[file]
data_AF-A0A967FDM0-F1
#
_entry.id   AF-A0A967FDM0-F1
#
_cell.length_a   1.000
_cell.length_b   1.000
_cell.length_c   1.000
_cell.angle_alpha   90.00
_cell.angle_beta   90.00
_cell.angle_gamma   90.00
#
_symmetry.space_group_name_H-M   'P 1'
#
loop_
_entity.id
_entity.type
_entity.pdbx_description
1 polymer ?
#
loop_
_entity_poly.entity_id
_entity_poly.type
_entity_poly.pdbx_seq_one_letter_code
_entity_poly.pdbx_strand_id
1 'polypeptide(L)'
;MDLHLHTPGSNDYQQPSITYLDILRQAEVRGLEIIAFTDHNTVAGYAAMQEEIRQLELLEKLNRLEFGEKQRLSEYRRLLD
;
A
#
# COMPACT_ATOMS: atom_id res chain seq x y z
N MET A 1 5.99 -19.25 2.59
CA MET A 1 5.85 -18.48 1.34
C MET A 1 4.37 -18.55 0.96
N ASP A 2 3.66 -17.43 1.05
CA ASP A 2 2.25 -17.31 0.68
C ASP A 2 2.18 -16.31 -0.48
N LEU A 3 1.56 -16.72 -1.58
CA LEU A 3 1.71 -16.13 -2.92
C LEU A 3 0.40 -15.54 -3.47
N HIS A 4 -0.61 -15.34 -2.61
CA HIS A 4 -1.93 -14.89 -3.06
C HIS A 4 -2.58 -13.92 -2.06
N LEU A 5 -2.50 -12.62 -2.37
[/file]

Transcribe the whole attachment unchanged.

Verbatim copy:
data_AF-A0A967FDM0-F1
#
_entry.id   AF-A0A967FDM0-F1
#
_cell.length_a   1.000
_cell.length_b   1.000
_cell.length_c   1.000
_cell.angle_alpha   90.00
_cell.angle_beta   90.00
_cell.angle_gamma   90.00
#
_symmetry.space_group_name_H-M   'P 1'
#
loop_
_entity.id
_entity.type
_entity.pdbx_description
1 polymer ?
#
loop_
_entity_poly.entity_id
_entity_poly.type
_entity_poly.pdbx_seq_one_letter_code
_entity_poly.pdbx_strand_id
1 'polypeptide(L)'
;MDLHLHTPGSNDYQQPSITYLDILRQAEVRGLEIIAFTDHNTVAGYAAMQEEIRQLELLEKLNRLEFGEKQRLSEYRRLLD
;
A
#
# COMPACT_ATOMS: atom_id res chain seq x y z
N MET A 1 5.99 -19.25 2.59
CA MET A 1 5.85 -18.48 1.34
C MET A 1 4.37 -18.55 0.96
N ASP A 2 3.66 -17.43 1.05
CA ASP A 2 2.25 -17.31 0.68
C ASP A 2 2.18 -16.31 -0.48
N LEU A 3 1.56 -16.72 -1.58
CA LEU A 3 1.71 -16.13 -2.92
C LEU A 3 0.40 -15.54 -3.47
N HIS A 4 -0.61 -15.34 -2.61
CA HIS A 4 -1.93 -14.89 -3.06
C HIS A 4 -2.58 -13.92 -2.06
N LEU A 5 -2.50 -12.62 -2.37